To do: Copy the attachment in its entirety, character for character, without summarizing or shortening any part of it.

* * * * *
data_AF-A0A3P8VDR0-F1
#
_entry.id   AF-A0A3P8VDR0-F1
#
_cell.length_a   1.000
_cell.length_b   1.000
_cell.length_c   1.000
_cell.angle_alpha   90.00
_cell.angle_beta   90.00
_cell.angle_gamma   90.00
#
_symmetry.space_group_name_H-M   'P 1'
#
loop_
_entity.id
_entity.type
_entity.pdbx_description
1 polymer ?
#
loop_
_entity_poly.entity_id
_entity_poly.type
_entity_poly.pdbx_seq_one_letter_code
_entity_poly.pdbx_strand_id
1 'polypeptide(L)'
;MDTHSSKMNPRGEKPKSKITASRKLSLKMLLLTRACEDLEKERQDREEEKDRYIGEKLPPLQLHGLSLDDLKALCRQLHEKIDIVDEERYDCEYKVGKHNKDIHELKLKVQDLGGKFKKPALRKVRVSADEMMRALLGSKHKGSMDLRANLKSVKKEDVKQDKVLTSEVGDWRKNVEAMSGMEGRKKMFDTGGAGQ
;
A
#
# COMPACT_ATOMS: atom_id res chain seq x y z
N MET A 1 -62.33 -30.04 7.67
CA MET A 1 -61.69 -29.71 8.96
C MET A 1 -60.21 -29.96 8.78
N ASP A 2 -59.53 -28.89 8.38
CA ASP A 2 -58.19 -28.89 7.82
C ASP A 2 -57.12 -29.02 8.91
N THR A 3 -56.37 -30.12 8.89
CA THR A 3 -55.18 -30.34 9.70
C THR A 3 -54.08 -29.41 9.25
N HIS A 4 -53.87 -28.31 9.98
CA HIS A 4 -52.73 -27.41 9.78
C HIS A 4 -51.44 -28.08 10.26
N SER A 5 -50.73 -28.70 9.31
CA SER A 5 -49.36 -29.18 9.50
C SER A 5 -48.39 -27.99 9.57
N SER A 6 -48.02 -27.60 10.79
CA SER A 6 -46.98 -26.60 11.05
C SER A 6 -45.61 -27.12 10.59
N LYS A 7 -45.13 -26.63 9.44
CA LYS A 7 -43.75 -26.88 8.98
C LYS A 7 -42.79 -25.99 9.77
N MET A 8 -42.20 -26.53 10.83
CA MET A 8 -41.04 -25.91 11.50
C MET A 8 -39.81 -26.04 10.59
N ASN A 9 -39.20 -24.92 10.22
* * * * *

data_AF-A0A3P8VDR0-F1
#
_entry.id   AF-A0A3P8VDR0-F1
#
_cell.length_a   1.000
_cell.length_b   1.000
_cell.length_c   1.000
_cell.angle_alpha   90.00
_cell.angle_beta   90.00
_cell.angle_gamma   90.00
#
_symmetry.space_group_name_H-M   'P 1'
#
loop_
_entity.id
_entity.type
_entity.pdbx_description
1 polymer ?
#
loop_
_entity_poly.entity_id
_entity_poly.type
_entity_poly.pdbx_seq_one_letter_code
_entity_poly.pdbx_strand_id
1 'polypeptide(L)'
;MDTHSSKMNPRGEKPKSKITASRKLSLKMLLLTRACEDLEKERQDREEEKDRYIGEKLPPLQLHGLSLDDLKALCRQLHEKIDIVDEERYDCEYKVGKHNKDIHELKLKVQDLGGKFKKPALRKVRVSADEMMRALLGSKHKGSMDLRANLKSVKKEDVKQDKVLTSEVGDWRKNVEAMSGMEGRKKMFDTGGAGQ
;
A
#
# COMPACT_ATOMS: atom_id res chain seq x y z
N MET A 1 -62.33 -30.04 7.67
CA MET A 1 -61.69 -29.71 8.96
C MET A 1 -60.21 -29.96 8.78
N ASP A 2 -59.53 -28.89 8.38
CA ASP A 2 -58.19 -28.89 7.82
C ASP A 2 -57.12 -29.02 8.91
N THR A 3 -56.37 -30.12 8.89
CA THR A 3 -55.18 -30.34 9.70
C THR A 3 -54.08 -29.41 9.25
N HIS A 4 -53.87 -28.31 9.98
CA HIS A 4 -52.73 -27.41 9.78
C HIS A 4 -51.44 -28.08 10.26
N SER A 5 -50.73 -28.70 9.31
CA SER A 5 -49.36 -29.18 9.50
C SER A 5 -48.39 -27.99 9.57
N SER A 6 -48.02 -27.60 10.79
CA SER A 6 -46.98 -26.60 11.05
C SER A 6 -45.61 -27.12 10.59
N LYS A 7 -45.13 -26.63 9.44
CA LYS A 7 -43.75 -26.88 8.98
C LYS A 7 -42.79 -25.99 9.77
N MET A 8 -42.20 -26.53 10.83
CA MET A 8 -41.04 -25.91 11.50
C MET A 8 -39.81 -26.04 10.59
N ASN A 9 -39.20 -24.92 10.22